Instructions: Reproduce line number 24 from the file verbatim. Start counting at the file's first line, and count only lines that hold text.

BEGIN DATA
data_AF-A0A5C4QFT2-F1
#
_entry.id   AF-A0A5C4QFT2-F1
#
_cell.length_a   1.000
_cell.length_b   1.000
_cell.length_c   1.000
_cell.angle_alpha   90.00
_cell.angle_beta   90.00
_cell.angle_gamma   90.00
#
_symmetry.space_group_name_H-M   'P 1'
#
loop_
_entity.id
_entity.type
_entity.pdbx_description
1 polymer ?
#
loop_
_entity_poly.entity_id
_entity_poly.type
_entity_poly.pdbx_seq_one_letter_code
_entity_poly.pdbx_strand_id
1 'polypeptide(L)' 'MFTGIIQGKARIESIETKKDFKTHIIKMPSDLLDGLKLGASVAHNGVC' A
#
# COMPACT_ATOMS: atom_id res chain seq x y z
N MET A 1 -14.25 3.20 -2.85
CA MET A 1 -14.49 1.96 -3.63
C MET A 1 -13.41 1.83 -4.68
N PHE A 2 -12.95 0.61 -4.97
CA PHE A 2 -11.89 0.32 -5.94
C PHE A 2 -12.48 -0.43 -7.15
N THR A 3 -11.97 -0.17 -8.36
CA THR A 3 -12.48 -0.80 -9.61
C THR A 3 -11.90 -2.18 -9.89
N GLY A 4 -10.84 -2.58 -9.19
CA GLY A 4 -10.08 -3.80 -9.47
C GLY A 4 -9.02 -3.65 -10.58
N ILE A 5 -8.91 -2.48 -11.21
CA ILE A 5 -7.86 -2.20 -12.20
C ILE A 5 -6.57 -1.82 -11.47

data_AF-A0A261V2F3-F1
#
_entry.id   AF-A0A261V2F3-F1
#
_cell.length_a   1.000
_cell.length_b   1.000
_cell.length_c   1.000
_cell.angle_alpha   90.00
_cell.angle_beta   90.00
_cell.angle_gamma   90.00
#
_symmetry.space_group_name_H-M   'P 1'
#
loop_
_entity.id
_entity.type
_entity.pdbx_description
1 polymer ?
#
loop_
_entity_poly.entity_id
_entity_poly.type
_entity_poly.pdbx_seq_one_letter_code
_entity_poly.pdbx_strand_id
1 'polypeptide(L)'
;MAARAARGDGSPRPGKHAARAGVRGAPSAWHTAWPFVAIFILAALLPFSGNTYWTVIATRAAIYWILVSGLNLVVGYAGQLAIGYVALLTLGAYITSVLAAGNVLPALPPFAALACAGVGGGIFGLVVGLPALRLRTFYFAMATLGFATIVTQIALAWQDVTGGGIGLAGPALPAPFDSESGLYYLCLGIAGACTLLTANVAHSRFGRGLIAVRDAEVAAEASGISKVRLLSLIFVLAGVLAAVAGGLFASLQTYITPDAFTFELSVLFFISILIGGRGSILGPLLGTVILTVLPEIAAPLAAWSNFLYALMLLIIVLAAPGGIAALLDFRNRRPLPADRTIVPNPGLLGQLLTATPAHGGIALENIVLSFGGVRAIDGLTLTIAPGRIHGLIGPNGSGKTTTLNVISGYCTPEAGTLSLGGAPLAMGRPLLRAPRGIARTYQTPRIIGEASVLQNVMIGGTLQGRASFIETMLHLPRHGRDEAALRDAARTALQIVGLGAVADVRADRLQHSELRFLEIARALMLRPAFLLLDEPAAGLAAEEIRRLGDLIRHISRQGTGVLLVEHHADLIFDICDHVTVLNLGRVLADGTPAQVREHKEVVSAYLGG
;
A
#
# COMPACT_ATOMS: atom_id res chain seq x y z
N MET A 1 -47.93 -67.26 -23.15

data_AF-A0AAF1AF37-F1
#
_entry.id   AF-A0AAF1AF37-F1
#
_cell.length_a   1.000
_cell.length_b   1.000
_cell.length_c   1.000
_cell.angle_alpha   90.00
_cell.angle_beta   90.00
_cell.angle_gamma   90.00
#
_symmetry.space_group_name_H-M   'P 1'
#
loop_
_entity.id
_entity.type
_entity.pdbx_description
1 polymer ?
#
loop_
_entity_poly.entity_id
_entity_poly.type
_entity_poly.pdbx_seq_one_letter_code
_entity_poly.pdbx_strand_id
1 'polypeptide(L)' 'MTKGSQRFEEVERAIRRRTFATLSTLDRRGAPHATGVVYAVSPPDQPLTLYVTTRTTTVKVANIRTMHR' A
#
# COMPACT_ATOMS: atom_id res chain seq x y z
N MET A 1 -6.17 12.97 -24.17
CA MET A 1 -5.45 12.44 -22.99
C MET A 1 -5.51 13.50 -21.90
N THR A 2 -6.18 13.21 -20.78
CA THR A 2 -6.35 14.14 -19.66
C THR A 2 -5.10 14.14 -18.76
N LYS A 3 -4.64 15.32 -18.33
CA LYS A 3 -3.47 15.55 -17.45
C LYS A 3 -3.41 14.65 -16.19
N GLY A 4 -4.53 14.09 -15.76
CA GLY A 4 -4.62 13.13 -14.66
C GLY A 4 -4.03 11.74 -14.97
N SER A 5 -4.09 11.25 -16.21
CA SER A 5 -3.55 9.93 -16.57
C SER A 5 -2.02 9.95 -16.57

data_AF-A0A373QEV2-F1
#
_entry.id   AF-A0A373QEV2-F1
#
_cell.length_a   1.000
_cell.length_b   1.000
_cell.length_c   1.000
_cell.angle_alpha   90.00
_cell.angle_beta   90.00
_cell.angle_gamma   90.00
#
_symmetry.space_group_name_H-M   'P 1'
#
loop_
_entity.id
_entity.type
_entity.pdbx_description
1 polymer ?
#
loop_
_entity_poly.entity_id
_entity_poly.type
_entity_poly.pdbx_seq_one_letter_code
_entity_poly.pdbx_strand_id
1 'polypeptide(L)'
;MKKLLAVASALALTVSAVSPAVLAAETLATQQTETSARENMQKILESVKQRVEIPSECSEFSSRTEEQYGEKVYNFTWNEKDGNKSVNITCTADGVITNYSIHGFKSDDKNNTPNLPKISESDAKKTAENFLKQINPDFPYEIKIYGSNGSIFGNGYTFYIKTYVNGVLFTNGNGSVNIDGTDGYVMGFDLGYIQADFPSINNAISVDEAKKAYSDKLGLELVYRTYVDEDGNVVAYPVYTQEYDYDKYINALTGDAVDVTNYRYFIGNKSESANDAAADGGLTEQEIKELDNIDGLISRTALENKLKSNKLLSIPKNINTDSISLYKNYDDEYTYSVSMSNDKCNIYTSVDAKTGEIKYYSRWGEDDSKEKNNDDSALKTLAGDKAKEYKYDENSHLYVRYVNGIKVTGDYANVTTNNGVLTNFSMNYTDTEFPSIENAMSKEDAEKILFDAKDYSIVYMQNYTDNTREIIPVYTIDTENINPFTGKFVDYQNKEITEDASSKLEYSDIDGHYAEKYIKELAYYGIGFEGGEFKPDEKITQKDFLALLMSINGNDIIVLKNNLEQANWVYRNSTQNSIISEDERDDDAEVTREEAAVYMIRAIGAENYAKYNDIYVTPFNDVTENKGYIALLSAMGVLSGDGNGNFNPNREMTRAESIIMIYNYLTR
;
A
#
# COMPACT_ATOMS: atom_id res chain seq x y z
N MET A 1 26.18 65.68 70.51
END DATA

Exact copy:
_entity_poly.pdbx_strand_id